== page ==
It is often assumed that improving the education of a population will improve their health outcomes. The Demographic and Health Surveys conducted in more than 90 countries have consistently shown a positive relationship between education and improved health and lowered fertility. But many questions remain: At what level of education among women and men does an improvement in health become noticeable? Is the relationship between education and health consistent across all health indicators? To what extent does a woman’s education affect the health of her child? How can health messages reach men and women who are uneducated and illiterate? And now, in the age of HIV/AIDS, why are the most educated exhibiting the highest HIV prevalence?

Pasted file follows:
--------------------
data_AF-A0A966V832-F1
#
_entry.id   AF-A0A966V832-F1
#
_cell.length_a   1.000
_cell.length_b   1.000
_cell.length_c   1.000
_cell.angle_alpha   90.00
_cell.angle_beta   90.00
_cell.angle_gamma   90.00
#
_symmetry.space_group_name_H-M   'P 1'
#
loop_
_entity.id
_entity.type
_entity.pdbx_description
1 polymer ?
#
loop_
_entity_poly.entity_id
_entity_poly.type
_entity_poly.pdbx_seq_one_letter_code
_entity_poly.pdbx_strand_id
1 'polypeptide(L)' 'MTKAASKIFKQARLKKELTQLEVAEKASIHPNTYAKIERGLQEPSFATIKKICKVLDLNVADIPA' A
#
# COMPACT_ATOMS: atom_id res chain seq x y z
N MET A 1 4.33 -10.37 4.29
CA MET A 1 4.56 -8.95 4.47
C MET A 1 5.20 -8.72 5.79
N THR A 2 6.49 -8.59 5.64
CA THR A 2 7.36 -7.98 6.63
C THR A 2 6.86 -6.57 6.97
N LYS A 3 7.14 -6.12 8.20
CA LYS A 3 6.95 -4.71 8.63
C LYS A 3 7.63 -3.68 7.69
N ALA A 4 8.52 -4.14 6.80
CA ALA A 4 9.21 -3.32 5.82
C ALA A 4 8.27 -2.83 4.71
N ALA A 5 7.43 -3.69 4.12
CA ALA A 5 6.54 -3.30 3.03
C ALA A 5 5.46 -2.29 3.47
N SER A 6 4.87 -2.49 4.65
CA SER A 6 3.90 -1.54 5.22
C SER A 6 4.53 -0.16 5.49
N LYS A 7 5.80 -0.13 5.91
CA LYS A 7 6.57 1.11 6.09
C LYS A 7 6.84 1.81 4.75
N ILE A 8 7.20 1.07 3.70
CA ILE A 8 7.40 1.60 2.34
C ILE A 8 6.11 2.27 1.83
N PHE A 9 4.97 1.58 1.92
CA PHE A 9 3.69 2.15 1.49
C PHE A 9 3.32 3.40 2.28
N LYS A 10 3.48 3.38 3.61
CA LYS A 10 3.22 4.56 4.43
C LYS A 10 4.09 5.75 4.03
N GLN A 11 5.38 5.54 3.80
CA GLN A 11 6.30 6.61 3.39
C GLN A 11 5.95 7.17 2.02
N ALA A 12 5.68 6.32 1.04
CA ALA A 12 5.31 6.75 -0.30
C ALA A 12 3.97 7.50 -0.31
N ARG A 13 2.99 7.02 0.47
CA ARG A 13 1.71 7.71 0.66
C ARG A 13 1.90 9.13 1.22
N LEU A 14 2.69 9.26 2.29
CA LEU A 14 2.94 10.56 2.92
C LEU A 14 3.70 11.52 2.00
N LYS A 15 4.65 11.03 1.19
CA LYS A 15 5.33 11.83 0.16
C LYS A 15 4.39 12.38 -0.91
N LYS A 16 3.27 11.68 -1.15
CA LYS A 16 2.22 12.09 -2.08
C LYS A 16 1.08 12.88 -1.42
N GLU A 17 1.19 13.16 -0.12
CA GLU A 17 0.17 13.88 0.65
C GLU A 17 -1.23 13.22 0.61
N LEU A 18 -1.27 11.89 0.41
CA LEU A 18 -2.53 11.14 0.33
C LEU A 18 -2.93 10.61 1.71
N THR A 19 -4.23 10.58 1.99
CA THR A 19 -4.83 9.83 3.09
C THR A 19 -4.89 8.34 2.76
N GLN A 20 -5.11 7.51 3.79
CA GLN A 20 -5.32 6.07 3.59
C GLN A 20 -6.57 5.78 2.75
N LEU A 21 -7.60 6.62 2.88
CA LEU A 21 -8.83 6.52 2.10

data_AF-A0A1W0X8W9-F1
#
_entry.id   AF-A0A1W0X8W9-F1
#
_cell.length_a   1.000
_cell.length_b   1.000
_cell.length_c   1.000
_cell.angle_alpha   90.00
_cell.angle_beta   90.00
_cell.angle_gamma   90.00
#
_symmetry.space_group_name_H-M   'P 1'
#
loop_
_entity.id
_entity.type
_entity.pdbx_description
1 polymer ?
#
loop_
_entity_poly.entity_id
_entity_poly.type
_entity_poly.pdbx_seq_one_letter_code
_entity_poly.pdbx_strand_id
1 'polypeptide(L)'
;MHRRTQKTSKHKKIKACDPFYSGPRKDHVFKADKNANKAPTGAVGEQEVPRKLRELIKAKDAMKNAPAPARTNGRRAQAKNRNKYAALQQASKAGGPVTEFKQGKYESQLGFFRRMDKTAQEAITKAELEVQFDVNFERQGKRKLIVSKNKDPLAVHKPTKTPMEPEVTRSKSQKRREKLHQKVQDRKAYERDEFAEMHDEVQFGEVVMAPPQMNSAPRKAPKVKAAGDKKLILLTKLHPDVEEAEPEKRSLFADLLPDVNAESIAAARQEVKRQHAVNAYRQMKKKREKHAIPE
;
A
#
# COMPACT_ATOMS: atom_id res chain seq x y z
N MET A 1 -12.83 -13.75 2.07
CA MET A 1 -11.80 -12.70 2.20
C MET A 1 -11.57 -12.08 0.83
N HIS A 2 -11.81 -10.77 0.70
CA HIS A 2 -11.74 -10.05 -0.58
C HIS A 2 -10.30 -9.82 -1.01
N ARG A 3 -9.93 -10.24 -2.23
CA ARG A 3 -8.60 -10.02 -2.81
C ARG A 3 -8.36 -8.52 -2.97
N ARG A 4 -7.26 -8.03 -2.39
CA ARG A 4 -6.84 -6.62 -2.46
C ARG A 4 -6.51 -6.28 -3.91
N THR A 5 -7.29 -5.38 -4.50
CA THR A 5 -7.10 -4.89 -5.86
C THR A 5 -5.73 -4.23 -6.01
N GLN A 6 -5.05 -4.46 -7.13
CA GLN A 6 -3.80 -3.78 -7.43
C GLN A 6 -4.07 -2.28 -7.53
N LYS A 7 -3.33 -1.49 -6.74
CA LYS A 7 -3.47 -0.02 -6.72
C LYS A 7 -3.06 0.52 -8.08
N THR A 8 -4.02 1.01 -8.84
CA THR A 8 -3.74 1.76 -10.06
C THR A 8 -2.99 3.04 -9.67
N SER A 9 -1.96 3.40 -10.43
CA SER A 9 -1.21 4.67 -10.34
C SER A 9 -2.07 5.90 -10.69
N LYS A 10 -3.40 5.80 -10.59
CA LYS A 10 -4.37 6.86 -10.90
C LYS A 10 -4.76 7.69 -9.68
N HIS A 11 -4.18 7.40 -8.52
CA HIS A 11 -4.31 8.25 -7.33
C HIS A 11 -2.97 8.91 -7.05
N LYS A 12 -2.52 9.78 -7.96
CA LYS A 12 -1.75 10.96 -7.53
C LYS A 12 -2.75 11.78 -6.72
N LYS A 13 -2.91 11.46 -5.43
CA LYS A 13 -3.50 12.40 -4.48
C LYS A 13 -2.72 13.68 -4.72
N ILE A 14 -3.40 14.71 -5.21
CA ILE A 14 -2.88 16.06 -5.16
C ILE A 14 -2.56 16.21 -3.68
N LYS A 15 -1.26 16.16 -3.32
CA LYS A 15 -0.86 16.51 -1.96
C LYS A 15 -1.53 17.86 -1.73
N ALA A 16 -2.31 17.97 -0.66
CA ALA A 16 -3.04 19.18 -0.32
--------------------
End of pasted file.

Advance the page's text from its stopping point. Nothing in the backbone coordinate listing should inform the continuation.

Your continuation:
In Ethiopia, the most educated women (those with secondary or higher education) usually are in the best health. However, only 12 percent of women have received this level of education. How, then, do other women fare? Do women with only a primary education experience marked improvements in health over those with no education? Answering these questions requires a more in-depth look at the relationship between education and health indicators in Ethiopia. Using data collected in the 2005 EDHS, this booklet provides an overview of education and literacy in Ethiopia, and then presents the major demographic and health indicators by the educational levels of the respondents, or, in the case of children’s health, by the educational level of the mother.
This analysis does not control for the confounding effects of urbanity, wealth, culture, or other related variables requiring more sophisticated statistical techniques, which is beyond the scope of this report.